Platyhelminthes, or flatworms, eat worms and other animals that are smaller than they are, including single-celled animals and tiny mollusks. Some flatworms are cannibalistic. They also eat bacteria and algae.
Flatworms eat debris and the tissues of dead or injured animals. They find their food through sensors that function like antennae. Flatworms at least partially digest their prey externally before eating it or sucking the fluids from it.
Many platyhelminthes, such as nematodes, roundworms and tapeworms, are parasitic. They can live in both humans and animals. One common type of parasitic roundworm causes trichinosis. The host contracts this disease by eating undercooked meat that harbors the larvae of the trichinella worm. The larvae mature in the intestine, then produce larvae of their own. These larvae migrate throughout the body and eat the host's blood cells. They cause symptoms such as abdominal cramps, diarrhea and fatigue in the early stages. Fever, myalgia and headache occur after the larvae have traveled from the intestine and burrowed into other organs.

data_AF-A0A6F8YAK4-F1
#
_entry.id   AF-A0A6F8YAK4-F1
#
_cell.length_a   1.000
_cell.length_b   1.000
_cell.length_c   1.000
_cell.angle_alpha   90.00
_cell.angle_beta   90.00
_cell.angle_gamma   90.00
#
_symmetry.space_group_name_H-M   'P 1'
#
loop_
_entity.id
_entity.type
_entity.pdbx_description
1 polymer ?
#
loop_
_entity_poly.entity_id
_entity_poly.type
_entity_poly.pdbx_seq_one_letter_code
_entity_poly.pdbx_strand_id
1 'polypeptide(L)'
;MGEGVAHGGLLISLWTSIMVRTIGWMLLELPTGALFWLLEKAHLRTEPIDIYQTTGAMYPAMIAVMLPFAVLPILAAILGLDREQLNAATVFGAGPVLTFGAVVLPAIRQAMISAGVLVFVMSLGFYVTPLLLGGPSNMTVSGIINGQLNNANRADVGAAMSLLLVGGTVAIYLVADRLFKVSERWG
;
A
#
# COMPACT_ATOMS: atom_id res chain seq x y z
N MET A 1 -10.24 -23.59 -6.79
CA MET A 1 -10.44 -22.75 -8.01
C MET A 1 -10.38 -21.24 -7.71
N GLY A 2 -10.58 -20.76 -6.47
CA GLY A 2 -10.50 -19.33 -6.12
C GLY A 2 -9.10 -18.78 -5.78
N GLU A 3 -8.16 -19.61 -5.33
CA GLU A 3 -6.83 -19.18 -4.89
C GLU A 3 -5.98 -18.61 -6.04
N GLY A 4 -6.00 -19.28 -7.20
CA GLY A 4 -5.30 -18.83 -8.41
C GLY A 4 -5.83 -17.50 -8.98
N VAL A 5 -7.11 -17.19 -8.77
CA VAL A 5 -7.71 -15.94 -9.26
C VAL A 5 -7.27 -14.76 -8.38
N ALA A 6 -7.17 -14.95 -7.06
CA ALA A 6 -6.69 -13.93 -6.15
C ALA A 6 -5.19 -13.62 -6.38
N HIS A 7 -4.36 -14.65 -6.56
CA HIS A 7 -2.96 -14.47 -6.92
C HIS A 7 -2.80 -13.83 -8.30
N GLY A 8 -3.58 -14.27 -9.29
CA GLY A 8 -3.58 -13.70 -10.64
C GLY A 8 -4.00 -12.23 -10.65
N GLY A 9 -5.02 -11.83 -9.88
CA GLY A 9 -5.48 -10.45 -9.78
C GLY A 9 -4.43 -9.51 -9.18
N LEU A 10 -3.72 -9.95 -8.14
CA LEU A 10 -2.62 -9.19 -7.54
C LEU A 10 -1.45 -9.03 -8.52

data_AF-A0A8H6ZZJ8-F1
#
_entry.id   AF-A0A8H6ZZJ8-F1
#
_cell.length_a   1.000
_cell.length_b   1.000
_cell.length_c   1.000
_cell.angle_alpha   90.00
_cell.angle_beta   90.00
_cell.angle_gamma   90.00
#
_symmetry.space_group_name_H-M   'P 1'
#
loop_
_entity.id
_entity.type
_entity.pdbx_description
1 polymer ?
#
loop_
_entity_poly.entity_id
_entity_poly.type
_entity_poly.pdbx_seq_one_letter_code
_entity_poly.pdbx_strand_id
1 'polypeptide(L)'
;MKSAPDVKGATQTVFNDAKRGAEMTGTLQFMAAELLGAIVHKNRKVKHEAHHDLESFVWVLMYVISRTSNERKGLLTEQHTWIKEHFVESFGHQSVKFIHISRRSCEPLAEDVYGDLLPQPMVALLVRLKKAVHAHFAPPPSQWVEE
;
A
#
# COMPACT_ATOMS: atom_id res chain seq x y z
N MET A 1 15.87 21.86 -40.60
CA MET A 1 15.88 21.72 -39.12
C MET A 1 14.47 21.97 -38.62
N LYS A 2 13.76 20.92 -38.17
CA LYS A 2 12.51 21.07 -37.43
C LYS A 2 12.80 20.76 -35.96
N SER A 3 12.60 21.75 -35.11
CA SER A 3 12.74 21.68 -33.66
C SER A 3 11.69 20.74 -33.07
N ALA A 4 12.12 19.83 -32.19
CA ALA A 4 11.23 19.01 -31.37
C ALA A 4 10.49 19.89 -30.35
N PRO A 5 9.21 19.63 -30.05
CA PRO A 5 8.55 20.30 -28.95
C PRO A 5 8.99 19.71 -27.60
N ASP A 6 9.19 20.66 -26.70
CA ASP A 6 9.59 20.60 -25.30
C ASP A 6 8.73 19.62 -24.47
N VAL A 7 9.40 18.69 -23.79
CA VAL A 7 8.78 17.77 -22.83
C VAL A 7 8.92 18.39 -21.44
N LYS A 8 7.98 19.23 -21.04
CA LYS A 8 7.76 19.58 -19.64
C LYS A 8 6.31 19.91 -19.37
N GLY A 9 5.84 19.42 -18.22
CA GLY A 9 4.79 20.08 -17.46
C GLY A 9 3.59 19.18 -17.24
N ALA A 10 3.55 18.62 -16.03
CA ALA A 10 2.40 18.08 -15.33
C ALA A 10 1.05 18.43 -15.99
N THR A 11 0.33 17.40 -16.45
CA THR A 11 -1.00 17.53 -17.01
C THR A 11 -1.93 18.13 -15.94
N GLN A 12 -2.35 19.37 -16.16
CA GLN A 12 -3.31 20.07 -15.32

Tapeworms live in the intestine of its host. Unlike other platyhelminthes, this flatworm has neither a mouth nor a digestive tract. It absorbs nutrients in the host's gut through its skin. Some flatworms parasitize plants, including soybeans, potatoes and pine bark.